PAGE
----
Thinking About Using an Economy Hub Unit?

Thinking About Using an Economy Hub Unit?

Sponsored by BCA Bearings by NTN

Thinking About Using an Economy Hub Unit? Here are three applications that will change your mind.

There are applications you do not want to take chances when replacing a hub unit. Using an economy hub unit can often result in a comeback and unhappy customer. The failures can typically be attributed to low-quality materials, outdated manufacturing processes, or even bad catalog management.

Materials matter when it comes to wheel bearings. As for the raw steel, the specifications are very tight for hardness and ductility. OE-quality bearing manufacturers will use very clean steel free from contamination that can cause inclusions. These inclusions can cause breaks and cracks in the raceways and even compromise the structural integrity of the castings. 

Even the materials used for the seals matter. OE-quality hub unit manufacturers will use seal materials that are far from just rubber. These advanced elastomeric materials enable the seal to keep the grease in and contaminants out. These materials and designs also lower the drag and friction between the seal and bearing surfaces.

How bearings are manufactured has evolved in the past 25 years, especially for gen three and four hub units. New casting, forging and machining methods have improved the quality and functionality of hub units. These technologies can include new ways to heat-treat components or setting the preload of the final product. 

Some economy hub unit manufacturers might try other methods to match the original part, which could shorten the life of the hub unit on the vehicle. A prime example of this is orbital forming. This cold rolling process uses axial and radial forces to form a flange that sets the preload for the assembled hub. If the rolling of the flange is not performed properly, it can cause damage to the bearing and seals. Also, if not correctly performed, it can cause cracking of the flange and stub axle.

Another way some economy hub units can cost you is the way they manage their catalog of applications. When a vehicle platform is designed, it could have multiple engine and drivetrain options. Also, the OE might make changes every model year that could impact the hub units. These could be slight changes like the length of the wheel speed sensor harness, the number of magnets on the encoder ring, or even changes to the rolling elements and raceways.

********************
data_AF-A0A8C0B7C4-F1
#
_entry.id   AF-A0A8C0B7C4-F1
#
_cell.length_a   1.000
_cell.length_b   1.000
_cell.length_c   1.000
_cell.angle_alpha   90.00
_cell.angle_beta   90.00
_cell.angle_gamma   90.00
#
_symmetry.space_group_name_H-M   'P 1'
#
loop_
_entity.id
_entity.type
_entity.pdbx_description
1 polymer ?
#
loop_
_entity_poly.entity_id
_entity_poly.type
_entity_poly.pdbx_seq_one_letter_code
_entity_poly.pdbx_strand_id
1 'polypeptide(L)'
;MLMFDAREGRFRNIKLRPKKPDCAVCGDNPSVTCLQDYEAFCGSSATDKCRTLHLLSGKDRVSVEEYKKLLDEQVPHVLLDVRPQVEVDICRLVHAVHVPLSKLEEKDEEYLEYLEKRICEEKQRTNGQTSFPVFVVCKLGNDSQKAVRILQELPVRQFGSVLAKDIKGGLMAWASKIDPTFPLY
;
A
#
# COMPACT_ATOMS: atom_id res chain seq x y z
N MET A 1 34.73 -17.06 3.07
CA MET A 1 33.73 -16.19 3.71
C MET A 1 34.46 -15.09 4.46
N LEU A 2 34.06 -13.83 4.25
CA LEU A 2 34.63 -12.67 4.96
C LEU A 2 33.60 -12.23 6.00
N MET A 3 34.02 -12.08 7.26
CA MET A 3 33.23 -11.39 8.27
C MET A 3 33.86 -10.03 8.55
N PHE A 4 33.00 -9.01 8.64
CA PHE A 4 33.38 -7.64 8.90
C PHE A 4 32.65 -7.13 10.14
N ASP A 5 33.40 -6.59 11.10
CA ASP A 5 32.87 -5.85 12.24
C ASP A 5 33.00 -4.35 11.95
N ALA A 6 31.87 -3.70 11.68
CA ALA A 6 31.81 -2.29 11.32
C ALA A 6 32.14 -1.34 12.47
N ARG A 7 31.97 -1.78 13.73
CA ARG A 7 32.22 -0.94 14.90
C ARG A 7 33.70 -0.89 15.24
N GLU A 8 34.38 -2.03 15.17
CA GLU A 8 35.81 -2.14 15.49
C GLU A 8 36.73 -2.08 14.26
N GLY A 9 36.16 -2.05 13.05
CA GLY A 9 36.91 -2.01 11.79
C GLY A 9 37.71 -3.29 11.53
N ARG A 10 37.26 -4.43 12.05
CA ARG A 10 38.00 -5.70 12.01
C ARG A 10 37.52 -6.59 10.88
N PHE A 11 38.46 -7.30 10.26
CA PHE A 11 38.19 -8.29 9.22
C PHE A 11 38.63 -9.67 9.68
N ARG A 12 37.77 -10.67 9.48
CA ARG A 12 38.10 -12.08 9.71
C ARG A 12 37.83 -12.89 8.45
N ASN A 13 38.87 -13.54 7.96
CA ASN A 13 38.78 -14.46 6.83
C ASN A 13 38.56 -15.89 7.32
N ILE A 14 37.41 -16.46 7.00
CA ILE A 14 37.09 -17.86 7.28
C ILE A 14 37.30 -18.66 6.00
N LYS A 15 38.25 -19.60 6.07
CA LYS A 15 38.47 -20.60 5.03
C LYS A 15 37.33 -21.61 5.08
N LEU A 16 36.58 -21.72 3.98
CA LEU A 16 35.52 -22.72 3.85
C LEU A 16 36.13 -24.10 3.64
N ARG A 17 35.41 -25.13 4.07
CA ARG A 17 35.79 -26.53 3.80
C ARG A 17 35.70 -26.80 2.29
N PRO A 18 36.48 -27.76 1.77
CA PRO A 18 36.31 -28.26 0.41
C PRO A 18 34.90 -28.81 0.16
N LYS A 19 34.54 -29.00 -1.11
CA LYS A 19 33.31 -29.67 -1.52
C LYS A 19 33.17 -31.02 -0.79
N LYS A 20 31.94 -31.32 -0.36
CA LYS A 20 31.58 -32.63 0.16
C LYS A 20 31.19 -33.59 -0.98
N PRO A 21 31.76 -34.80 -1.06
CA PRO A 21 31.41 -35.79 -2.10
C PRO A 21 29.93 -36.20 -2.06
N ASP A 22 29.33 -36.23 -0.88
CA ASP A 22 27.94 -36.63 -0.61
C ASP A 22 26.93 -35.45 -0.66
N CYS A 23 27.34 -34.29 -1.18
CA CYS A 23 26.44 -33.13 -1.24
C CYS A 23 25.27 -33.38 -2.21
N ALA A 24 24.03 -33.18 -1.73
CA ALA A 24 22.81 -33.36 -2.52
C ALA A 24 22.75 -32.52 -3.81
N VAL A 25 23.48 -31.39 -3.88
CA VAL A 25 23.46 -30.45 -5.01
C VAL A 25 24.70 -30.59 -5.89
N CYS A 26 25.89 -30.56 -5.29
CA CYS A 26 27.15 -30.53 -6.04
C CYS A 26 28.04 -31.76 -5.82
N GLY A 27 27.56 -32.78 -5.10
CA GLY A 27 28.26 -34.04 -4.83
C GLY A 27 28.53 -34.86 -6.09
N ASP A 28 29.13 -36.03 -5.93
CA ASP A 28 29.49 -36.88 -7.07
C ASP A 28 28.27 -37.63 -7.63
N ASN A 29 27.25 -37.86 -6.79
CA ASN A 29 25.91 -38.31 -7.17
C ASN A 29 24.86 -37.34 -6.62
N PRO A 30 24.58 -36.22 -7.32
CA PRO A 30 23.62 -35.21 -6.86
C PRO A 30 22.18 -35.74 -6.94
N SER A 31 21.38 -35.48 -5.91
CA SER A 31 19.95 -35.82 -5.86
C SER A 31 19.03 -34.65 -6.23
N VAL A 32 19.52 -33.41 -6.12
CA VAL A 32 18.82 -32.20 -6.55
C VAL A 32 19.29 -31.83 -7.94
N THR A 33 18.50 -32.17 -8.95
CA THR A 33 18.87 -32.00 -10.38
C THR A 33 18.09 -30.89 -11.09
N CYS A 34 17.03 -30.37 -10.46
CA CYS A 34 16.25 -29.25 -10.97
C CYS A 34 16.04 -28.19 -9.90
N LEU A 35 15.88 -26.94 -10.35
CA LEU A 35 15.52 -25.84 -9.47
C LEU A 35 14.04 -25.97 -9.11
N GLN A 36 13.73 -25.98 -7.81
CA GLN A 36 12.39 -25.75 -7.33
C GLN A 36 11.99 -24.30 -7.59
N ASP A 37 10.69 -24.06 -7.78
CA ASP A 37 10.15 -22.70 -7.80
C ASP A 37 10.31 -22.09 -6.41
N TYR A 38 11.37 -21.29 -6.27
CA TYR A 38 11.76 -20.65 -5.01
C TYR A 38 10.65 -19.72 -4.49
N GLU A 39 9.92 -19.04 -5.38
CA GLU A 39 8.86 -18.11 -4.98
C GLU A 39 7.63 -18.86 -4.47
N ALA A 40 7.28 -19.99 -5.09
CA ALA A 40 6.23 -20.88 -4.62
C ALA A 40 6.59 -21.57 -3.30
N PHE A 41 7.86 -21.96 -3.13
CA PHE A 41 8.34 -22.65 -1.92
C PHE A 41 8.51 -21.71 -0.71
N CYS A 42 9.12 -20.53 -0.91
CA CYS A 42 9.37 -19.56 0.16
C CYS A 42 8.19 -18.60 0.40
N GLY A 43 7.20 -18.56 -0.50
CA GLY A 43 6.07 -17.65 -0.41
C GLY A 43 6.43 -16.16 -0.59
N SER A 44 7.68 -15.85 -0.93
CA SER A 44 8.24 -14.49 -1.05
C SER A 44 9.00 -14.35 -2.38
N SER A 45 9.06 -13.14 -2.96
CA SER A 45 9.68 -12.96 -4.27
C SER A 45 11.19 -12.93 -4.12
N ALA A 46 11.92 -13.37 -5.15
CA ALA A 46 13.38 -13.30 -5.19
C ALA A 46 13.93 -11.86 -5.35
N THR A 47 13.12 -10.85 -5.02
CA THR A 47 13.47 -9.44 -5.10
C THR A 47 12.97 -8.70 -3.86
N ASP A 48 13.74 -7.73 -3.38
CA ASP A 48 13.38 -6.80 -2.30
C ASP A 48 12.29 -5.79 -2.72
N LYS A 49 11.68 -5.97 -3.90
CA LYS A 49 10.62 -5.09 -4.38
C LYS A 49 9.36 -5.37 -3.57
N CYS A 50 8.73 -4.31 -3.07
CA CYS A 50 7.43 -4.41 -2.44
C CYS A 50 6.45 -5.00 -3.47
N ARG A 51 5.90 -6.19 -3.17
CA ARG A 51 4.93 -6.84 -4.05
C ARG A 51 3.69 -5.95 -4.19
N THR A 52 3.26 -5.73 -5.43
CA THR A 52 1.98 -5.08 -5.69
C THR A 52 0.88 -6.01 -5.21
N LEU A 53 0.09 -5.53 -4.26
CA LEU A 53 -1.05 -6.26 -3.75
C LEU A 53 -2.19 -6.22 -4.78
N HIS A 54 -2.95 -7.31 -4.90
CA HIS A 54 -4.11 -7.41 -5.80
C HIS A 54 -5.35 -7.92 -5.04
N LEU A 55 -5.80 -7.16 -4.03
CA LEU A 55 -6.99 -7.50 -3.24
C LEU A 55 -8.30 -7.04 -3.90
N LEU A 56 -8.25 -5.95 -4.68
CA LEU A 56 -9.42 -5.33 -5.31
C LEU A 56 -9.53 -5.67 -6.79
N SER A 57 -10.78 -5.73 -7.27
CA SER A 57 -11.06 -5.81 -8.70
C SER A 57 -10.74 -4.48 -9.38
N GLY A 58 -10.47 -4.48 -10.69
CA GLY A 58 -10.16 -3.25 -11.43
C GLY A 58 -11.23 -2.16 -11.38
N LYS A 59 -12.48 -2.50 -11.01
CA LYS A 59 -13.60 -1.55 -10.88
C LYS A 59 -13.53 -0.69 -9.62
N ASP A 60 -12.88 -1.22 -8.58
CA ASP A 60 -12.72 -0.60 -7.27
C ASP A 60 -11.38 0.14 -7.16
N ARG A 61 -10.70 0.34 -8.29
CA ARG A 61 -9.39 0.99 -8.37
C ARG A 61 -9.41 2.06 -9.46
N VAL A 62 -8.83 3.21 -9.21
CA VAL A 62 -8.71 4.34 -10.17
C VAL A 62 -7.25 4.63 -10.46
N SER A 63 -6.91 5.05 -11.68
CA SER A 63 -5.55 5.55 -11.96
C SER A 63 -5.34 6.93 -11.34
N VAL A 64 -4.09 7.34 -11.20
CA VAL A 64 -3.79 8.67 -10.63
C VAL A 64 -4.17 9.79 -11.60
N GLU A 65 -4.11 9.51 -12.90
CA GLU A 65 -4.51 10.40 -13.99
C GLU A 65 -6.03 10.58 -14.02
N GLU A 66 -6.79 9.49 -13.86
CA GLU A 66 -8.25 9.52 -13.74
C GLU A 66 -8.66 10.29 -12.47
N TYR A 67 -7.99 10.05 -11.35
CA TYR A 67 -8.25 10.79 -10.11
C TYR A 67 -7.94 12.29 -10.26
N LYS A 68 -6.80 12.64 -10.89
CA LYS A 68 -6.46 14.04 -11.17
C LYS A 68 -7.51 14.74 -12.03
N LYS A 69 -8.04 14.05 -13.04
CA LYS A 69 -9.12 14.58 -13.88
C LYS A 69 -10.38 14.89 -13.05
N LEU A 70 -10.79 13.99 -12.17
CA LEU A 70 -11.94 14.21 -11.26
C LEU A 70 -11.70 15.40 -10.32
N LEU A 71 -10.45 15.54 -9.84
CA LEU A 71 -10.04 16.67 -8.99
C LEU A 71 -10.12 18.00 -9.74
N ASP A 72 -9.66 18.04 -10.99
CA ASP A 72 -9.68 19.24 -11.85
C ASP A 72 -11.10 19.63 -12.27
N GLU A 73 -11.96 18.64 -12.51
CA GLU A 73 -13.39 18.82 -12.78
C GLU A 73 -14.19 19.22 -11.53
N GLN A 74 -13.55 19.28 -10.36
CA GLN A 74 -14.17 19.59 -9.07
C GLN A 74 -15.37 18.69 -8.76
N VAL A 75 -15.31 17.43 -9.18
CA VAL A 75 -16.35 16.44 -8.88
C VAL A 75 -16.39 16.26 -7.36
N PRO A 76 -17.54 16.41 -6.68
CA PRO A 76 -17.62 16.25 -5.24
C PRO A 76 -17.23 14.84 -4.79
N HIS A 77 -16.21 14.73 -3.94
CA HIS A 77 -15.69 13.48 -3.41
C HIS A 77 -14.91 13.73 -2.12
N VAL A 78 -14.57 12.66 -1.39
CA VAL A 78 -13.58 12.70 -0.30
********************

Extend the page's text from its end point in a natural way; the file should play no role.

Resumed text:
An economy hub unit brand might look to consolidate part numbers and applications. To do this, they will look for commonalities applications share. You have probably experienced this when the replacement unit has a too short wheel speed sensor harness, or the new unit causes a code for an erratic wheel speed sensor signal. 

In these cases, the brand puts its profitability over the engineering of the final product. Close enough is not good enough when it comes to hub units.

You might think this is all propaganda. But below are three real-world examples of applications where an economy hub unit can cause you a comeback.

Audi B6 (A3 and A4)

When you remove a wheel, you expect to see an axle nut on a shaft. But, on the 2002-2009 Audi A4, you will see the hex of a 17mm bolt. This hub unit for the B6 platform uses a different method to set the preload on the bearing. Instead of an axle and nut, these units use a torque-to-yield bolt to secure the wheel flange to the drive axle. 

The metallurgy and design of the bolt allow it to stretch to increase the clamping loads. The torquing procedure involves tightening the bolt to 140-ft/lbs and then turning the bolt an additional 180 degrees. Some economy wheel bearing sets will not include the bolt, or the one in the box is not up to specifications. If the old bolt is reused, the clamping loads might be reduced, and the bolt might snap during installation or while driving. This hub unit is also secured to the knuckle using four torque-to-yield bolts.